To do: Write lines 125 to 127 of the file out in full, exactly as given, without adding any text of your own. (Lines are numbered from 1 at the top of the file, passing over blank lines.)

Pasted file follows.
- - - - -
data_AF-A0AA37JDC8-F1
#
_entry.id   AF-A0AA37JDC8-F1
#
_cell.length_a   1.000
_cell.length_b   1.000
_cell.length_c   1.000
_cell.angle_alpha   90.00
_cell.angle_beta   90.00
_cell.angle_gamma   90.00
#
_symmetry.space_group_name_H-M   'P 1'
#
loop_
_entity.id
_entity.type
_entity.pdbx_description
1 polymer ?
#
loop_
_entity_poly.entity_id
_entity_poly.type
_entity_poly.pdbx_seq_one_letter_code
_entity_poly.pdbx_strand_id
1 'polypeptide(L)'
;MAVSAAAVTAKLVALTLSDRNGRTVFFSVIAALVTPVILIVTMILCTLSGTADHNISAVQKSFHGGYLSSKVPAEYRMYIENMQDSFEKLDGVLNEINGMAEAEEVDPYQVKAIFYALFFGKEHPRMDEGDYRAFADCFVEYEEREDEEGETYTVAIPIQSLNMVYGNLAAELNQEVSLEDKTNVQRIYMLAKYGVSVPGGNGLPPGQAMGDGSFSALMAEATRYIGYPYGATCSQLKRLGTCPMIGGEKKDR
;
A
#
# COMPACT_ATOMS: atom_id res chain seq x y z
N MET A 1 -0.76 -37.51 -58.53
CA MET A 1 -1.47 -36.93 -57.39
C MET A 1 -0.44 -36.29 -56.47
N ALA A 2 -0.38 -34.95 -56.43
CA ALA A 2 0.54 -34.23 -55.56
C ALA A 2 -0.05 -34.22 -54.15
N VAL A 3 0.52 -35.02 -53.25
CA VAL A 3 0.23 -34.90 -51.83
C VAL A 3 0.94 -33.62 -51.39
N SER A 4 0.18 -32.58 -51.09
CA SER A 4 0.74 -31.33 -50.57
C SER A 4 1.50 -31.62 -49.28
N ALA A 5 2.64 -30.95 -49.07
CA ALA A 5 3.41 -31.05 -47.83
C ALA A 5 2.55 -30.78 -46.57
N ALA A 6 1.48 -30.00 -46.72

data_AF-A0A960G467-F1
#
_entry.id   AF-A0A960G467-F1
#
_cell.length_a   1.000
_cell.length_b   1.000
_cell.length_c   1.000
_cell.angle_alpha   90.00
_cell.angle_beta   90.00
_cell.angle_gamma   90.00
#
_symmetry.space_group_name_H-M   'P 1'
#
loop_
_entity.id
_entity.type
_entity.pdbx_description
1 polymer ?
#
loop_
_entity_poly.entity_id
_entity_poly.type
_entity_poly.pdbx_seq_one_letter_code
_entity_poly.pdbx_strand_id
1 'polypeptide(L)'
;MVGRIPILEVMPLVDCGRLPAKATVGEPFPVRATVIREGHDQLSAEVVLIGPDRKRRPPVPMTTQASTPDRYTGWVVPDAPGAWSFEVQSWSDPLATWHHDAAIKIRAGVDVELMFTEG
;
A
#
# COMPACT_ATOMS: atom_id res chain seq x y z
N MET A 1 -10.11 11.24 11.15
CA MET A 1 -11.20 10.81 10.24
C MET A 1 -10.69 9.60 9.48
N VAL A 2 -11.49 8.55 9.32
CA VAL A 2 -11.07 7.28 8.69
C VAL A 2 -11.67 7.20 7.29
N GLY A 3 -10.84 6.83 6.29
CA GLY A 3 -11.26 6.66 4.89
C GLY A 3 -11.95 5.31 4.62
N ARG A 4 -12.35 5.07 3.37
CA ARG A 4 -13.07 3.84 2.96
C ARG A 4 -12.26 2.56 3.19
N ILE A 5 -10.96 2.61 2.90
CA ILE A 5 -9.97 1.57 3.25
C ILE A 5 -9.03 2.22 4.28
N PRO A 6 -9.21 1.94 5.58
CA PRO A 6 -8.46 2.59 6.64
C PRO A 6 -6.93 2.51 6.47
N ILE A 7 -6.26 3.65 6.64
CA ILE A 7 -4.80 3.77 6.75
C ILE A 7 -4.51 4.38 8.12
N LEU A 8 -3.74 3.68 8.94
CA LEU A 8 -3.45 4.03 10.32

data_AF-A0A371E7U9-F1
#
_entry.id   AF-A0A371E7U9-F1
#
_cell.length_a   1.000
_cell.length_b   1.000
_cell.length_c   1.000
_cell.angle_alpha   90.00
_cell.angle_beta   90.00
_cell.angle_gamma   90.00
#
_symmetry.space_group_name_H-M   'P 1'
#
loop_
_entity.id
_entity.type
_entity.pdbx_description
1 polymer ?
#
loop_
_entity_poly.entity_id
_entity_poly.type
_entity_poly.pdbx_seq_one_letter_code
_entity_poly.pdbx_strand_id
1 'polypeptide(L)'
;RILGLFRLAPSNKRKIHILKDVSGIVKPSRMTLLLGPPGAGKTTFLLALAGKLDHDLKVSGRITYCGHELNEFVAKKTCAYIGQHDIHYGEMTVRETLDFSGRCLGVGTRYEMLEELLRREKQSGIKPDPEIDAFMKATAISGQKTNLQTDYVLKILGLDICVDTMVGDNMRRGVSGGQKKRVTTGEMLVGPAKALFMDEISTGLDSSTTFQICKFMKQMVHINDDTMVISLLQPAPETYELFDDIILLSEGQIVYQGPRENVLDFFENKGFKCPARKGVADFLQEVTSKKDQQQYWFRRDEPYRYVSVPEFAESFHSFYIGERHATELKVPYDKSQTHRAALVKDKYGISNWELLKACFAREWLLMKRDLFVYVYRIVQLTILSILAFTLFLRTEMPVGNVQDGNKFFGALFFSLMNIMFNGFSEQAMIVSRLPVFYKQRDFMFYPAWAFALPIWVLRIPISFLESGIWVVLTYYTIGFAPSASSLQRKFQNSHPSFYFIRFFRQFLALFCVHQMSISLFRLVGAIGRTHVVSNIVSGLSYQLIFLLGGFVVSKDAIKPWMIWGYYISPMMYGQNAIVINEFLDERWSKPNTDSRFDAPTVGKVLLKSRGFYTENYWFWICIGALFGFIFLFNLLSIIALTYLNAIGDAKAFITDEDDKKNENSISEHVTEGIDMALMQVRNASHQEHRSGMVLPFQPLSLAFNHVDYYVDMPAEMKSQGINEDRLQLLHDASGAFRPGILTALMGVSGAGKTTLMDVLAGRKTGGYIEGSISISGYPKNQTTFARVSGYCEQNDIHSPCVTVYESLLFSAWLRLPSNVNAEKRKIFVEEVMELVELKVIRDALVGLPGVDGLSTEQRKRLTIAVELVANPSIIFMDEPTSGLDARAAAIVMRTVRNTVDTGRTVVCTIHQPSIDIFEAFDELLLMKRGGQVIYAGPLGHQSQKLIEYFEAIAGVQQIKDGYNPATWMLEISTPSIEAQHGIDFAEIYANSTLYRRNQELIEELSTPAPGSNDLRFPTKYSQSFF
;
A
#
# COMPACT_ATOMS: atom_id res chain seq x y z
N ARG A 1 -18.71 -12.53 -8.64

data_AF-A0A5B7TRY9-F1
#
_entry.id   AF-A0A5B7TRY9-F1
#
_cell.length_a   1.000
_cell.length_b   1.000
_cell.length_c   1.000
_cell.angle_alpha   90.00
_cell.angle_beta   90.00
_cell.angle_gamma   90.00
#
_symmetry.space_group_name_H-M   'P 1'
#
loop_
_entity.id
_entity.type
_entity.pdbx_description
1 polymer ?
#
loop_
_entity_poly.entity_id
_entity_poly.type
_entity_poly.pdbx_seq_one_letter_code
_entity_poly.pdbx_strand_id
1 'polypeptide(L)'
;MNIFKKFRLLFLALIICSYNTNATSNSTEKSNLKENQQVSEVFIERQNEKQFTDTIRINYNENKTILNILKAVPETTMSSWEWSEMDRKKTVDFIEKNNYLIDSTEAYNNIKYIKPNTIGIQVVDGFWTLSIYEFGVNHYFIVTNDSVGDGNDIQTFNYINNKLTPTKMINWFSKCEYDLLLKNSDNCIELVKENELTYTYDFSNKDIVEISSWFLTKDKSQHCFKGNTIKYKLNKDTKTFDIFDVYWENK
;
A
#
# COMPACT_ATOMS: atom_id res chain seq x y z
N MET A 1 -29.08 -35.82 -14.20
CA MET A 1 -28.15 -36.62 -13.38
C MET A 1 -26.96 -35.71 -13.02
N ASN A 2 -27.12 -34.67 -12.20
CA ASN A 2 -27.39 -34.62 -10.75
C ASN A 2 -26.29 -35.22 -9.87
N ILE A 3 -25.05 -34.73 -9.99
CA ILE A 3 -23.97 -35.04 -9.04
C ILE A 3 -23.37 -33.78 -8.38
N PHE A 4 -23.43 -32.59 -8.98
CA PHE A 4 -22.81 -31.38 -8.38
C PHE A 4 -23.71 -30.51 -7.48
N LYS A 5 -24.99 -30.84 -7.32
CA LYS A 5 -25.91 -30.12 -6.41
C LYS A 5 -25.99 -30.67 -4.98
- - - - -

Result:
;RILGLFRLAPSNKRKIHILKDVSGIVKPSRMTLLLGPPGAGKTTFLLALAGKLDHDLKVSGRITYCGHELNEFVAKKTCAYIGQHDIHYGEMTVRETLDFSGRCLGVGTRYEMLEELLRREKQSGIKPDPEIDAFMKATAISGQKTNLQTDYVLKILGLDICVDTMVGDNMRRGVSGGQKKRVTTGEMLVGPAKALFMDEISTGLDSSTTFQICKFMKQMVHINDDTMVISLLQPAPETYELFDDIILLSEGQIVYQGPRENVLDFFENKGFKCPARKGVADFLQEVTSKKDQQQYWFRRDEPYRYVSVPEFAESFHSFYIGERHATELKVPYDKSQTHRAALVKDKYGISNWELLKACFAREWLLMKRDLFVYVYRIVQLTILSILAFTLFLRTEMPVGNVQDGNKFFGALFFSLMNIMFNGFSEQAMIVSRLPVFYKQRDFMFYPAWAFALPIWVLRIPISFLESGIWVVLTYYTIGFAPSASSLQRKFQNSHPSFYFIRFFRQFLALFCVHQMSISLFRLVGAIGRTHVVSNIVSGLSYQLIFLLGGFVVSKDAIKPWMIWGYYISPMMYGQNAIVINEFLDERWSKPNTDSRFDAPTVGKVLLKSRGFYTENYWFWICIGALFGFIFLFNLLSIIALTYLNAIGDAKAFITDEDDKKNENSISEHVTEGIDMALMQVRNASHQEHRSGMVLPFQPLSLAFNHVDYYVDMPAEMKSQGINEDRLQLLHDASGAFRPGILTALMGVSGAGKTTLMDVLAGRKTGGYIEGSISISGYPKNQTTFARVSGYCEQNDIHSPCVTVYESLLFSAWLRLPSNVNAEKRKIFVEEVMELVELKVIRDALVGLPGVDGLSTEQRKRLTIAVELVANPSIIFMDEPTSGLDARAAAIVMRTVRNTVDTGRTVVCTIHQPSIDIFEAFDELLLMKRGGQVIYAGPLGHQSQKLIEYFEAIAGVQQIKDGYNPATWMLEISTPSIEAQHGIDFAEIYANSTLYRRNQELIEELSTPAPGSNDLRFPTKYSQSFF
;
A